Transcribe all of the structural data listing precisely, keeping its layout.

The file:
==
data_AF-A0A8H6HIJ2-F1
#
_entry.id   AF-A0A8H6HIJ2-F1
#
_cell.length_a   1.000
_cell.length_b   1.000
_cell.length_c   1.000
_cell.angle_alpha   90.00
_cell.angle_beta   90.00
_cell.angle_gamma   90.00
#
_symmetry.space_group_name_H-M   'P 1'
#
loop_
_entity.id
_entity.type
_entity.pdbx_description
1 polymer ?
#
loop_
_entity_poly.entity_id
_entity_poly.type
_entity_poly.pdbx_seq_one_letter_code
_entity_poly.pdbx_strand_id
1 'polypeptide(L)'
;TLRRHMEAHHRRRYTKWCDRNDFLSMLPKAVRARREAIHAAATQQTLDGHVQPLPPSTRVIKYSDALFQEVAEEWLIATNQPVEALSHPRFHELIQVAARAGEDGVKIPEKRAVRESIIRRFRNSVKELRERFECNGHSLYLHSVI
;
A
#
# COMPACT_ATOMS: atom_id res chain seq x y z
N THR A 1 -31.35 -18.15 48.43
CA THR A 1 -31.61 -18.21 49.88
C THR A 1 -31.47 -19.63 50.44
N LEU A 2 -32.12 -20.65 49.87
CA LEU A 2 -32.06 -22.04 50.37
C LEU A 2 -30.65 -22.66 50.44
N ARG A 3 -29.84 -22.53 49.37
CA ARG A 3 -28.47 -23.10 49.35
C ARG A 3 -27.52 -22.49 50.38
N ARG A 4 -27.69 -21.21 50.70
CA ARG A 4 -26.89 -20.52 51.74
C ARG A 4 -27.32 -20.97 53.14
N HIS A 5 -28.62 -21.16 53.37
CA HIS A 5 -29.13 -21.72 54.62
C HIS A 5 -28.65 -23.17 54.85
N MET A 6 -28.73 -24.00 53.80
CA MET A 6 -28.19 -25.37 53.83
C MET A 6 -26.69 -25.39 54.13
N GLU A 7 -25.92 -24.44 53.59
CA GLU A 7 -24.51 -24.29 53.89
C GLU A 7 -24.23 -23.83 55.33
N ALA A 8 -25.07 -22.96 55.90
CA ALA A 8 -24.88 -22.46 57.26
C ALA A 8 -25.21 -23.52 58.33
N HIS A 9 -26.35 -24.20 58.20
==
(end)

data_AF-A0A8H6HIJ2-F1
#
_entry.id   AF-A0A8H6HIJ2-F1
#
_cell.length_a   1.000
_cell.length_b   1.000
_cell.length_c   1.000
_cell.angle_alpha   90.00
_cell.angle_beta   90.00
_cell.angle_gamma   90.00
#
_symmetry.space_group_name_H-M   'P 1'
#
loop_
_entity.id
_entity.type
_entity.pdbx_description
1 polymer ?
#
loop_
_entity_poly.entity_id
_entity_poly.type
_entity_poly.pdbx_seq_one_letter_code
_entity_poly.pdbx_strand_id
1 'polypeptide(L)'
;TLRRHMEAHHRRRYTKWCDRNDFLSMLPKAVRARREAIHAAATQQTLDGHVQPLPPSTRVIKYSDALFQEVAEEWLIATNQPVEALSHPRFHELIQVAARAGEDGVKIPEKRAVRESIIRRFRNSVKELRERFECNGHSLYLHSVI
;
A
#
# COMPACT_ATOMS: atom_id res chain seq x y z
N THR A 1 -31.35 -18.15 48.43
CA THR A 1 -31.61 -18.21 49.88
C THR A 1 -31.47 -19.63 50.44
N LEU A 2 -32.12 -20.65 49.87
CA LEU A 2 -32.06 -22.04 50.37
C LEU A 2 -30.65 -22.66 50.44
N ARG A 3 -29.84 -22.53 49.37
CA ARG A 3 -28.47 -23.10 49.35
C ARG A 3 -27.52 -22.49 50.38
N ARG A 4 -27.69 -21.21 50.70
CA ARG A 4 -26.89 -20.52 51.74
C ARG A 4 -27.32 -20.97 53.14
N HIS A 5 -28.62 -21.16 53.37
CA HIS A 5 -29.13 -21.72 54.62
C HIS A 5 -28.65 -23.17 54.85
N MET A 6 -28.73 -24.00 53.80
CA MET A 6 -28.19 -25.37 53.83
C MET A 6 -26.69 -25.39 54.13
N GLU A 7 -25.92 -24.44 53.59
CA GLU A 7 -24.51 -24.29 53.89
C GLU A 7 -24.23 -23.83 55.33
N ALA A 8 -25.07 -22.96 55.90
CA ALA A 8 -24.88 -22.46 57.26
C ALA A 8 -25.21 -23.52 58.33
N HIS A 9 -26.35 -24.20 58.20